It seems to me that popular public figures, places, and things are more and more described as "beloved". I am not talking about the long-standing use of "beloved" with relatives and pets, especially in obituaries, but more with inanimate things and public figures with whom one has no personal attachment. It's a little difficult to do a corpus frequency search on this, but recently I have seen the following described as "beloved"
Pizza Pizza, a Canadian pizza chain
Canadian Tire, a chain of hardware stores ("Beloved Canadian Tire"??? Really?)
film and TV franchises and series
restaurants (especially when reporting that they are ceasing business)
a cannabis brand
TV hosts and actors
the Snowbirds (Canadian aerobatic team)
Swiss Chalet rotisserie chicken
Corn Flakes and All-Bran
It all seems hyperbolic to me. Why are restaurants and actors always "beloved"? Do I really feel about my Corn Flakes as I do about my family?
The New Oxford Dictionary of English does in fact approach this diminished sense, but only in a specific structure:
adjectivedearly loved: his beloved son.
- ■ (beloved by/of) very popular with (a specified set of people): the stark council estates beloved of town planners in the 1960s.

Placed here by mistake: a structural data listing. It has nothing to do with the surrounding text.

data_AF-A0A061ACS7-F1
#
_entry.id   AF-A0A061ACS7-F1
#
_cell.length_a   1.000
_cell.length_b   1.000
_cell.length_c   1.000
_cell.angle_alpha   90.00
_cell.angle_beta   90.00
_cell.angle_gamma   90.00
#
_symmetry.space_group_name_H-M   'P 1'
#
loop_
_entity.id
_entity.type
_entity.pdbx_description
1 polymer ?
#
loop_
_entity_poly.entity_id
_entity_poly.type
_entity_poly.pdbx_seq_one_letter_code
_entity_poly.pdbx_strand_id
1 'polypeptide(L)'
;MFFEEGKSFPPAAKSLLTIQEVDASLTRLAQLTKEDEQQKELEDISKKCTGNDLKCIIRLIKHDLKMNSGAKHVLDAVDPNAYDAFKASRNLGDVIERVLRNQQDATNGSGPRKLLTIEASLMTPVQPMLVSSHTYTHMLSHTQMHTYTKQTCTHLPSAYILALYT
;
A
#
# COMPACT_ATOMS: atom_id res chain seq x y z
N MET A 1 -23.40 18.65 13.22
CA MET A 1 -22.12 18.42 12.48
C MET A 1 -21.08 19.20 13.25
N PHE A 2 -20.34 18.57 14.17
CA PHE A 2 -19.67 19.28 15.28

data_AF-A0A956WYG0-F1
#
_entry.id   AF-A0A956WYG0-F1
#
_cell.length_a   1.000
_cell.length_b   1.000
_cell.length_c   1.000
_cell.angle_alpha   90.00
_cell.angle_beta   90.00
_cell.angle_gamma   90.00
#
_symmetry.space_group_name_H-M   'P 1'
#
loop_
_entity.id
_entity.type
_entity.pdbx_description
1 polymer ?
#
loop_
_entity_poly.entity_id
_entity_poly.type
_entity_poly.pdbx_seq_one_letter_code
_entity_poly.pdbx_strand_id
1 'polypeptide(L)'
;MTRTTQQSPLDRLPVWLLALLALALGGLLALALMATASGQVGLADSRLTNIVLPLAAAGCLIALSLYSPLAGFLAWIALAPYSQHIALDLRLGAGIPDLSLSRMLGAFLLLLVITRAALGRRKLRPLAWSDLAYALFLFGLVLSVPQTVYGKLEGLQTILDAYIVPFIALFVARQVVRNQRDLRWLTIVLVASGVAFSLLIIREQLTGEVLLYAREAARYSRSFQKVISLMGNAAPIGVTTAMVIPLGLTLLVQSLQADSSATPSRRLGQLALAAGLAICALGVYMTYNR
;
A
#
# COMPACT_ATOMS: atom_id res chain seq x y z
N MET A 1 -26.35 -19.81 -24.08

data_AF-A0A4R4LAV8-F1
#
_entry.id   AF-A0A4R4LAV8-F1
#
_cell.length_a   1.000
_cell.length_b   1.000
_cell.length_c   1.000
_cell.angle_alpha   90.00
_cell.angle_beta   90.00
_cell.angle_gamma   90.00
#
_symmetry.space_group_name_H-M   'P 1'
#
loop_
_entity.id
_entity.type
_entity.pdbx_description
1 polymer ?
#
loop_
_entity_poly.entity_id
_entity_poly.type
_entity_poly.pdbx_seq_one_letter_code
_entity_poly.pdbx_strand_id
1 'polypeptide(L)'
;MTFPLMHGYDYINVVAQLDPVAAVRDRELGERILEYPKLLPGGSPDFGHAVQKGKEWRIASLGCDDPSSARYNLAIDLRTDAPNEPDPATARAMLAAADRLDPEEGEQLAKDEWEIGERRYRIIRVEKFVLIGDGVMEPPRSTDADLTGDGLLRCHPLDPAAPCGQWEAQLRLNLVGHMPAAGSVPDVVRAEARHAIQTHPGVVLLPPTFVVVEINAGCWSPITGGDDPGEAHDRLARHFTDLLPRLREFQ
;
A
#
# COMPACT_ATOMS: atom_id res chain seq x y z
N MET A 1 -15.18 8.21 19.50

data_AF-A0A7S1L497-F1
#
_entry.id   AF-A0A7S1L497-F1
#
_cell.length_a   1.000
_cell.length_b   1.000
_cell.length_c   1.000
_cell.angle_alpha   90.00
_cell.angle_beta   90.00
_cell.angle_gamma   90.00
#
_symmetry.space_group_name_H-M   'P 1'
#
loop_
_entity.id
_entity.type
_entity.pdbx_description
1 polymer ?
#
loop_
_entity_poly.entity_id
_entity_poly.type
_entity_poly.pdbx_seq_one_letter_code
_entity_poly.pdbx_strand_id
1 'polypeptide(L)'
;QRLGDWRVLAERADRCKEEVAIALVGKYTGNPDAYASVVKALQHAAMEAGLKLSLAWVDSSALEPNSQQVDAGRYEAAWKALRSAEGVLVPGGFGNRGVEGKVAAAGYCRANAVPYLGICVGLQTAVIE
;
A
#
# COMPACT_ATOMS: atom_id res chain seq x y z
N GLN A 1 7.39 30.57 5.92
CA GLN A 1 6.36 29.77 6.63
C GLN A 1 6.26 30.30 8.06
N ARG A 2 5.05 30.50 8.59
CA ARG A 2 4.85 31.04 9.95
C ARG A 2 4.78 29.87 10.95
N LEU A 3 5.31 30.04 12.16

The Canadian Oxford Dictionary does not, sticking with "dearly loved" alone (perhaps because the latter's Editor-in-Chief was being cranky?). But when you see the synonyms the Oxford Thesaurus provides for "beloved", the meaning is a bit over the top:
darling, dear, dearest, precious, adored, much loved, cherished, treasured, prized, highly regarded, admired, esteemed, worshipped, revered, venerated, idolized.
Would you apply any of these to Canadian Tire?
I will admit this annoys me, even though I'm supposed to appreciate sense development of words. Surely "popular" or "well-liked" or "admired" would do?
What about you? Have you noticed this use of "beloved"? What do you think?
How do you pronounce this word when used as an adjective before a noun? As two syllables or three? Is it "be LUVV id Canadian Tire" or "be LUVVD Canadian Tire"? Traditionally, dictionaries have recorded "be LUVV id" when the adjective is used before a noun or as a noun (as in "dearly beloved") and "be LUVVD" for when it is used after a noun but I believe this usage is shifting.